Elrod, familiar now from Argo, has a male model’s handsomeness but, unfortunately, a predictable acting style that renders his more volcanic emotions generically bland. Brown shows some spunk in a single-Mom, ever-skeptical, one-note role. But it is Vivica A. Fox as Helene, Cory‘s agent, who really enlivens the film. She’s put on a few pounds, but throws that bodacious body around like a devil in a red dress as she fast-talks her and Cory‘s way out of any number of tricky, potentially career-destroying situations. A good part of the film’s appeal stems from the Little Leaguers themselves, an ingratiating cadre of tykes who are, mercifully, real kids and not your standard-issue movie brats.
Post a Comment
Asterisk (*) is a required field.
* Author: 
Rate This Article: (1=Bad, 5=Perfect)

*Comment:
 

More Specialty Releases

Inside the Mind of Leonardo
Film Review: Inside the Mind of Leonardo in 3D

Documentary-feature hybrid that offers unexpected insight into the world of Leonardo da Vinci, but nonetheless suffers from a heavy hand and pretentious sensibility. More »

If You Don't., I Will
Film Review: If You Don't, I Will

Anemic drama about a forever-bickering couple who do not at all get along nor emit a scintilla of chemistry. It’s a disappointing, too-lean portrait of a marriage. More »

Mr. Turner
Film Review: Mr. Turner

In Mike Leigh’s Mr. Turner, arguably the year’s most gorgeous film, Timothy Spall etches an indelible portrait of the great painter, aided by a marvelous supporting cast who make the period spring alive. More »

Goodbye to All That
Film Review: Goodbye to All That

Angus MacLachlan’s debut feature is a small, skillfully made character piece that deftly weaves comedy and drama into an entertaining whole. More »

ADVERTISEMENT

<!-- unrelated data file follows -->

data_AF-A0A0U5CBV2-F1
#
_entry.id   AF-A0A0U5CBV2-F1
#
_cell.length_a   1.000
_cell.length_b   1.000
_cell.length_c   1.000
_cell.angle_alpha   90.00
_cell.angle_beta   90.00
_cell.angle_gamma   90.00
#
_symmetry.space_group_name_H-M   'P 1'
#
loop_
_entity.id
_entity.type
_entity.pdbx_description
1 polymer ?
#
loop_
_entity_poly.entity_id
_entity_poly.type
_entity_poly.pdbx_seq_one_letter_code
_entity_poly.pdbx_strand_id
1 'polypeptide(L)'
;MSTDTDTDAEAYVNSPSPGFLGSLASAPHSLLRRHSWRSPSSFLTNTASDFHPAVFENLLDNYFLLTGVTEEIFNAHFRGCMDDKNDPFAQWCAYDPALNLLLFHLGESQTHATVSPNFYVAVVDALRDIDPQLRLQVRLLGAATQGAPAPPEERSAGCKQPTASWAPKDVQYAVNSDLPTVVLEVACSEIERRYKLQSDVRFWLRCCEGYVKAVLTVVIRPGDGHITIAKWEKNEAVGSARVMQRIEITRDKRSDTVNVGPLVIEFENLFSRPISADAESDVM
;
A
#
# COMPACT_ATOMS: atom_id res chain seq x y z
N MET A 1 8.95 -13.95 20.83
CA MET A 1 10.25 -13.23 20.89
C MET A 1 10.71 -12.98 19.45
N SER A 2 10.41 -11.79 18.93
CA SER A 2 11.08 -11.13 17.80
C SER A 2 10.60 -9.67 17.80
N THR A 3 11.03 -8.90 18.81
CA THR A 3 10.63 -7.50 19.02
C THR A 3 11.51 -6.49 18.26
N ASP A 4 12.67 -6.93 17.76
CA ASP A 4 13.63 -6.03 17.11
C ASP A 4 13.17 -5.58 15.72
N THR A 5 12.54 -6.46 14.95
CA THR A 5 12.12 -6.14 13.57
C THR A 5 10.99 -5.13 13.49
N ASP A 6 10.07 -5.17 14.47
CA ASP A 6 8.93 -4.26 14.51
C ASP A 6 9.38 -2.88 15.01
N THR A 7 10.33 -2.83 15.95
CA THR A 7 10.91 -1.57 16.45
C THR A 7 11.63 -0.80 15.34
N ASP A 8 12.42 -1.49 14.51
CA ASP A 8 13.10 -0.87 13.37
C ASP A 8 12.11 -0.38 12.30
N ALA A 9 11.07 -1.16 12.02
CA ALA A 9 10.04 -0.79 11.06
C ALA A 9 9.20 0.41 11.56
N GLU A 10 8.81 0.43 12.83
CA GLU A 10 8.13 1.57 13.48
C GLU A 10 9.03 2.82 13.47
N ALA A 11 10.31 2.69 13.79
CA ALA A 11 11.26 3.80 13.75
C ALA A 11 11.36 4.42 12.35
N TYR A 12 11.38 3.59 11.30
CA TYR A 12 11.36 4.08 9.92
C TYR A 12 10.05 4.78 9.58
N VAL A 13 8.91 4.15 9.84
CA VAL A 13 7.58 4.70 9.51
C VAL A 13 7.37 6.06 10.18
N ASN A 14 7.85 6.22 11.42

REVIEWS

Annie review
Film Review: Annie

Here’s an updated Annie for today’s entitled, tech-savvy and racially diverse generation of tweens who can easily relate to the new Annie’s love of luxurious toys. Their parents and other adults may miss the sweet innocence of the original, but they won’t be entirely bored by this frenetic new version of her classic story. More »

The H obbit: The Battle of the Five Armies
Film Review: The Hobbit: The Battle of the Five Armies

After rewriting the rules for modern fantasy cinema, for the better and worse, Peter Jackson’s six-film Tolkien saga slams, bangs and shudders to a long-overdue conclusion. More »

Player for the Film Journal International website.


ADVERTISEMENT



INDUSTRY GUIDES

» Blue Sheets
FJI's guide to upcoming movie releases, including films in production and development. Check back weekly for the latest additions.

» Distribution Guide
» Equipment Guide
» Exhibition Guide

ORDER A PRINT SUBSCRIPTION

Film Journal International

Subscribe to the monthly print edition of Film Journal International and get the full visual impact of this valuable resource for the cinema business.

» Click Here

SPONSORSHIP OPPORTUNITIES

Learn how to promote your company at the Film Expo Group events: ShowEast, CineEurope, and CineAsia.

» Click Here